Sunday, March 24, 2024

The History of Music Recording or Why AI in the Arts is Not "Just a Tool."

(Vocab: "Tracks" are basically slots for separate instruments in recording.)

1) A whole band, even the singer (often, 16 piece big bands and orchestras) gathered around one microphone, recording onto one track on a tape (before that, onto a wax cylinder). If someone made a mistake, you had to do the whole take over again. Performance was everything.

2) Two-track tape was invented. The whole band could record onto one track and the singer on another (or choose your configuration). The singer could try multiple takes and even (later down the line) "punch in" to fix mistakes.

3) More and more tracks were added: 4, then 8, then 16, 24 etc. Tape got literally wider. Multiple tapes could run in synchronization. Some big studios had as many as 100+ tracks.

4) Now, mistakes could be fixed with "punch-ins;" tape could be cut and spliced to mix a great chorus with a great verse from another take, etc. (Tape could even be slowed down, lowering the pitch, so a performer could hit higher notes. Robert Plant did this with Zeppelin. Disappointing? Have you hit your "tech line"?)

5) Digital recording was born. No more tape -- right to computer. Infinite tracks. Infinite takes. Editing became surgical. The computer could now "quantize" rhythms so they were perfect. Notes could be tuned, so that a singer could sound perfect. This is still the case, of course.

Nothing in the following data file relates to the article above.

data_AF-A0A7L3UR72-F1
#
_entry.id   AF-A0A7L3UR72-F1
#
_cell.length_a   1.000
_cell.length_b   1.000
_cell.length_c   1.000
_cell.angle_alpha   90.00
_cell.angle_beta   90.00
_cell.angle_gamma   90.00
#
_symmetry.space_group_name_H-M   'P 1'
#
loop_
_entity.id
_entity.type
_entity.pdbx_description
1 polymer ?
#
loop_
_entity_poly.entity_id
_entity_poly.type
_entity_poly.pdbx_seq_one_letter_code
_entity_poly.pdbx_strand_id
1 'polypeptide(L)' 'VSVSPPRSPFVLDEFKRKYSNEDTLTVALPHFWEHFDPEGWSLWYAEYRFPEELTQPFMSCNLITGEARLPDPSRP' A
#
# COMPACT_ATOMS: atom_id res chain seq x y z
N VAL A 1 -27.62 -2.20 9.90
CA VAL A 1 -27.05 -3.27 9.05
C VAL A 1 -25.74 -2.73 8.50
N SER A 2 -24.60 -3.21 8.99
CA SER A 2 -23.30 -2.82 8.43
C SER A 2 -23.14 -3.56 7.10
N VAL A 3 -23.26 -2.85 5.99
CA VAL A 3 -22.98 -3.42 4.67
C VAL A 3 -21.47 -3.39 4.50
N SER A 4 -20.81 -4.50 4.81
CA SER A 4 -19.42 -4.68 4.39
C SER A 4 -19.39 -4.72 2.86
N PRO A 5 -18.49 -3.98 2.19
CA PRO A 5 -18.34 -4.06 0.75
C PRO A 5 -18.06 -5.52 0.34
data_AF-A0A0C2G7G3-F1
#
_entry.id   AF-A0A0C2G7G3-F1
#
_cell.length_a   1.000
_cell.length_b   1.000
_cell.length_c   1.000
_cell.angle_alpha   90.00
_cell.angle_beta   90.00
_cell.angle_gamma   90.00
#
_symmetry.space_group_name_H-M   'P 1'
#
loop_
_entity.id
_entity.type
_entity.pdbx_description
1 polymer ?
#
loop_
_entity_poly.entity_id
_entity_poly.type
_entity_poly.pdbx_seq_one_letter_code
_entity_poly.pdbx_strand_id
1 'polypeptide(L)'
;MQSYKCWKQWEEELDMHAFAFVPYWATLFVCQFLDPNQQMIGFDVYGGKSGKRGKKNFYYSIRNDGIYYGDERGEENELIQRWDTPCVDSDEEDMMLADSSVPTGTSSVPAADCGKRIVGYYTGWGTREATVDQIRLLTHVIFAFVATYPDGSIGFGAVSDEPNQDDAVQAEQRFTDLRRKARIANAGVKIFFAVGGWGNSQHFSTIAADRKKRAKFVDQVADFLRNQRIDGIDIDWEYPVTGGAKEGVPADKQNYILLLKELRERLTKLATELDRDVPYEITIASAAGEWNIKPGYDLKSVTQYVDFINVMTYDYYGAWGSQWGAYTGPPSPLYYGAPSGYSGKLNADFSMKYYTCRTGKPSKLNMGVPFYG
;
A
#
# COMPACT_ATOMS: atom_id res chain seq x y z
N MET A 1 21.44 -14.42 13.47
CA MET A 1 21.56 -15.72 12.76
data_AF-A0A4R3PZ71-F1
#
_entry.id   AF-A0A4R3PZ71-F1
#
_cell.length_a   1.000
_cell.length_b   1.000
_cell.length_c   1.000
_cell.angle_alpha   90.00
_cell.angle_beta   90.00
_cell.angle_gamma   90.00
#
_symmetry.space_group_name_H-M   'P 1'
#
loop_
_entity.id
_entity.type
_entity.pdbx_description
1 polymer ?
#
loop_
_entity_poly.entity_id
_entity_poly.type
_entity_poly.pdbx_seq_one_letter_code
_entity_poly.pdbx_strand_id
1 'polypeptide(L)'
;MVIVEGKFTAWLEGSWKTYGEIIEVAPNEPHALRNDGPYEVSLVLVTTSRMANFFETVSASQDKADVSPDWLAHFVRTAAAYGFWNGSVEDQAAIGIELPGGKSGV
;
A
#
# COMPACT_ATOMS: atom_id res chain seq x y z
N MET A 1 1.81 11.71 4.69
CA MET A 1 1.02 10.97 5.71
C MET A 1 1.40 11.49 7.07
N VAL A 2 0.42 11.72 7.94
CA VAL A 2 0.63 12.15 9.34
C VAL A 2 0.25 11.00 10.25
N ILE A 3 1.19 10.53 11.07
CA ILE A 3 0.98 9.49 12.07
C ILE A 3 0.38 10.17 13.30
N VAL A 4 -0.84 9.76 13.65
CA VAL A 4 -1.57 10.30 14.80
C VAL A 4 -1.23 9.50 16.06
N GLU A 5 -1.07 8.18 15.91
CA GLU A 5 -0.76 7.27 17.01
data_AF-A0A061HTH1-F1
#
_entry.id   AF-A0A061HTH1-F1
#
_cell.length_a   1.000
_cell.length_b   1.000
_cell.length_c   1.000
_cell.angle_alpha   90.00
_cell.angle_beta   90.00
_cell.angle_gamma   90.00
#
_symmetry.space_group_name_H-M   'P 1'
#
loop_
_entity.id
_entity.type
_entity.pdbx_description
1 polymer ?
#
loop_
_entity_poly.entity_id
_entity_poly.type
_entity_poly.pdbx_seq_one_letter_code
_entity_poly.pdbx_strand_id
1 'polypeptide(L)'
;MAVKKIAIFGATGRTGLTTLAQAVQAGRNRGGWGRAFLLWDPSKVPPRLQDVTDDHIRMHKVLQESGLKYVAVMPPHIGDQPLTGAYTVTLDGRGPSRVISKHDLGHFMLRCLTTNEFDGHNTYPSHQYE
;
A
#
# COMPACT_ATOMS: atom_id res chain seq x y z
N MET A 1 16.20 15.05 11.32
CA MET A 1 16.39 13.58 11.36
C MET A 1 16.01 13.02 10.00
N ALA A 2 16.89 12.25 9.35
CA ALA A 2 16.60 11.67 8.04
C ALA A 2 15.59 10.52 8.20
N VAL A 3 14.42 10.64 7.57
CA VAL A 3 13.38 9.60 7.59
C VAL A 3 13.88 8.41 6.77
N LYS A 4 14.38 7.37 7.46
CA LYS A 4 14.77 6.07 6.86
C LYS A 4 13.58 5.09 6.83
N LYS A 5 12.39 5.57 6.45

[It is at step 5 that I, personally, started getting miffed. I recorded my first CD digitally, but used no correction software and didn't even "punch in" -- every instrument, every vocal is a real, full take. (But, yes, I did redo tracks until they were where I wanted them to be.)]

6) AI is created. Now the music can be written for you. AI can already write (at this point) souless songs. A composer or a songwriter can ask AI to write a section in the style of Bach or Gershwin, and AI will do it (poorly, at this point) for him or her.

This is not "a tool." This is beyond even excessive manipulation of recordings. This is a replacement of the artist. Of the human.

Artists should take a stance against it. Consumers should refuse to buy it. (The consumers will not do this, however. They don't care.)

The great drummer and teacher, Tommy Igoe, said to me, in an online discussion, that fighting AI in music is like fighting gravity. There's no point. It is going to happen.

Well, while I'm at it, I have issues with gravity, too...

No comments:

Post a Comment